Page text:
Historically, SPFs have been sticky and greasy, quick to clog pores, and prone to imparting a grey hue over darker skin tones. The good news is that now, thanks to much-improved formulas and innovative technology, there are plenty of facial sunscreens that protect your skin while also being a pleasure to use. Look for formulas that have both UVA and UVB protection, a minimum of SPF 30, and a formula that suits your skin’s specific needs.

Another factor to consider in your sunscreen selection is its effect on the environment. While the science around exactly how damaging sunscreen is to our oceans is inconclusive, what ingredients should we be looking out for to make the best choice possible? A marine biologist, Professor Cinzia Corinaldesi from the Università Politecnica delle Marche and Dr Anjali Mahto, consultant dermatologist at Skin55, provid a five-step guide.

Avoid oxybenzone and octinoxate

The main chemicals to watch out for are oxybenzone and octinoxate, which are commonly used in sunscreen to absorb UV light. “We [have] demonstrated that oxybenzone, octinoxate and enzacamene caused complete coral bleaching even at very low concentrations,” says Professor Corinaldesi. Octocrylene is another chemical that’s potentially harmful to marine life, with the Haereticus Environmental Laboratory compiling a handy list of the ingredients we should try to avoid. 

“Certain organic filters have been identified in water sources worldwide and there seems to be a suggestion that they are not easily removed by common wastewater techniques,” adds Dr Mahto. “Many of the filters have also been found in various species of fish worldwide — the impact of this is uncertain on the food chain.” 

Opt for a mineral sunscreen instead

Mineral sunscreens, which typically contain zinc oxide and titanium dioxide, are thought to be less harmful to coral reefs in comparison to their chemical counterparts. “Mineral sunscreens rely on inorganic filters, which form a physical barrier on the skin surface,” explains Dr Mahto. 

It’s worth remembering, though, that some research suggests zinc oxide can also pose a danger to marine life. “Our studies indicate that zinc oxide nanoparticles are very harmful to marine organisms,” says Professor Corinaldesi, but adds that titanium dioxide with surface coatings — as found in Green People’s scent-free SPF 30 — “has a much lower impact on coral reefs”. 

Look for non-nanoparticles 

Particle size matters, too. While nanoparticles can be absorbed by coral reefs, research suggests that larger non-nanoparticles (a label you’ll see on lotions) are better for the environment. Ren’s Clean Screen Mineral SPF 30 uses non-nano zinc oxide, while Stream2Sea’s sunscreens contain non-nano titanium oxide. “Consumers should look out for sunscreens that use non-nanoparticles because nanoparticles of titanium dioxide and zinc oxide are expected to be more harmful to marine organisms than non-nanoparticles,” explains Professor Corinaldesi.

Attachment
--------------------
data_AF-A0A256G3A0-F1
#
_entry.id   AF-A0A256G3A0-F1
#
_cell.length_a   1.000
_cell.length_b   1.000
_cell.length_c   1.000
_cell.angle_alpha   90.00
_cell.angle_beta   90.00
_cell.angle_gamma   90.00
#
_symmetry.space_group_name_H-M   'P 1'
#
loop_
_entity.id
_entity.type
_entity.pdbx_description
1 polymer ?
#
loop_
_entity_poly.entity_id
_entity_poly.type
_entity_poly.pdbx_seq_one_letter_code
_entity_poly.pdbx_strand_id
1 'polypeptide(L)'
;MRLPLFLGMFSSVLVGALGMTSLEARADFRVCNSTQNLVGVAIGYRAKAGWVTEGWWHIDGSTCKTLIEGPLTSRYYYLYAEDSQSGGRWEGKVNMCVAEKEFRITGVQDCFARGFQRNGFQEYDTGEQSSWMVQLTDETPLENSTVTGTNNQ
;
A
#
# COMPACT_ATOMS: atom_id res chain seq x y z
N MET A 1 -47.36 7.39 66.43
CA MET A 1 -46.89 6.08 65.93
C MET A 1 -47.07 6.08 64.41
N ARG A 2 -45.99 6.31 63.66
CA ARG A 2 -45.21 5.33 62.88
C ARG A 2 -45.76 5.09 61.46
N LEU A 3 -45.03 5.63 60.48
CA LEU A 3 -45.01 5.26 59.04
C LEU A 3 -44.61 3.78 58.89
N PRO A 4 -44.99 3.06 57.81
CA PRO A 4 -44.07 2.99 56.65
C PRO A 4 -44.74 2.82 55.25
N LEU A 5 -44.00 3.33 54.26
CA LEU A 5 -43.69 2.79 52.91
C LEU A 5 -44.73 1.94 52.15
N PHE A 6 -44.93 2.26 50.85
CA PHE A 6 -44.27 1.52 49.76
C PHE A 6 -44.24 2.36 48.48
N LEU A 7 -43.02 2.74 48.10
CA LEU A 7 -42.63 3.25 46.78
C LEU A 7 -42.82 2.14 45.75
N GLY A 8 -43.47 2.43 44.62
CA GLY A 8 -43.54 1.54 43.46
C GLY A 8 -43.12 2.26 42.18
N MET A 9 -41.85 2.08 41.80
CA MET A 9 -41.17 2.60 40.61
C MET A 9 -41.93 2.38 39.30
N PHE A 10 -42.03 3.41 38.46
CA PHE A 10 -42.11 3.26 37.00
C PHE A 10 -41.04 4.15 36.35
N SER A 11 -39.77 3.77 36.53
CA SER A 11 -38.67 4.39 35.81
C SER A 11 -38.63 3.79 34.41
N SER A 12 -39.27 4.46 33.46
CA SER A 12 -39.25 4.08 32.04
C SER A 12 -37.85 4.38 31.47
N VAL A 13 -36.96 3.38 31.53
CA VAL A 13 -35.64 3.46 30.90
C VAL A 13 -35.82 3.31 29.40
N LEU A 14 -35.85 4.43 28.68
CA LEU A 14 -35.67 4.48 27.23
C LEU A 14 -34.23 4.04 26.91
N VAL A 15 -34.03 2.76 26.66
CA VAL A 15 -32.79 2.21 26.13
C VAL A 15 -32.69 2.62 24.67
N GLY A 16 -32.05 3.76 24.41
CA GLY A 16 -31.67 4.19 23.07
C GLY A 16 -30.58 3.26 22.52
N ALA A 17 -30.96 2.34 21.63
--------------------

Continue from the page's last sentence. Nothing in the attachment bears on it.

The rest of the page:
Read beyond the ‘reef-safe’ or ‘ocean-safe’ labels 

The increase in demand for eco-friendly sunscreens means that a lot of brands are now marketing their products as ‘reef-safe’ or ‘ocean-safe’. This usually means they don’t contain oxybenzone and octinoxate — the two chemicals banned in sunscreen by countries such as Hawaii — but they could still contain other chemicals on the Haereticus Environmental Laboratory list that are potentially harmful to the environment. “Consumers should check the ingredients on the label of the products,” Professor Corinaldesi comments. 

Don’t forget the packaging 

Beyond the ingredients in sunscreen, it’s important to consider the packaging as well, with discarded sunscreen bottles contributing, in part, to the 8m tonnes of plastic that end up in our oceans every year. Brands such as Green People are using recyclable plant-based packaging made from sugar cane; a much more eco-friendly option compared to traditional plastic containers.

BEST SUNSCREENS TO SHOP RIGHT NOW:

Kiehl’s Ultra Light Daily Defense SPF 50

Doubling up as both a moisturiser and an SPF 50 sunscreen, Kiehl’s Ultra Light Daily Defense is an industry favourite, perfect for those with sensitive skin thanks to its oil-free, fragrance-free formula. It doesn’t leave a chalky residue either, making it a good choice for darker skin tones.

£30, available at Kiehls.co.uk.

La Roche-Posay Anthelios Anti-Shine Sun Cream Gel SPF50+

If you suffer from blemishes, you may find that sun protection leaves your skin feeling greasy and prone to breakouts. La Roche-Posay’s Anthelios Anti-Shine Sun Cream Gel is specifically designed for people with those concerns, offering a non-comedogenic, feather-light formula with a velvet finish alongside SPF 50 protection.

£17.50, available at LookFantastic.com.

Skinceuticals Advanced Brightening UV Defense SPF 50

With tranexamic acid and niacinamide, this is a supercharged SPF that’s as good at protecting skin from the sun as it is preventing and reducing discolouration. Put simply, it’s an excellent choice if you want an SPF that works really, really hard. 

£45, available at LookFantastic.com.

Supergoop! Glowscreen SPF 30

Making great SPFs its speciality, Supergoop’s latest launch is the Glowscreen SPF 30, a formula that offers the dewiest, most luminous glow, as well as an SPF of 30. With hyaluronic acid, vitamin B5, niacinamide, and protective cocoa peptides, it doubles up as a skincare staple too – and you’ll actively look forward to applying it each day.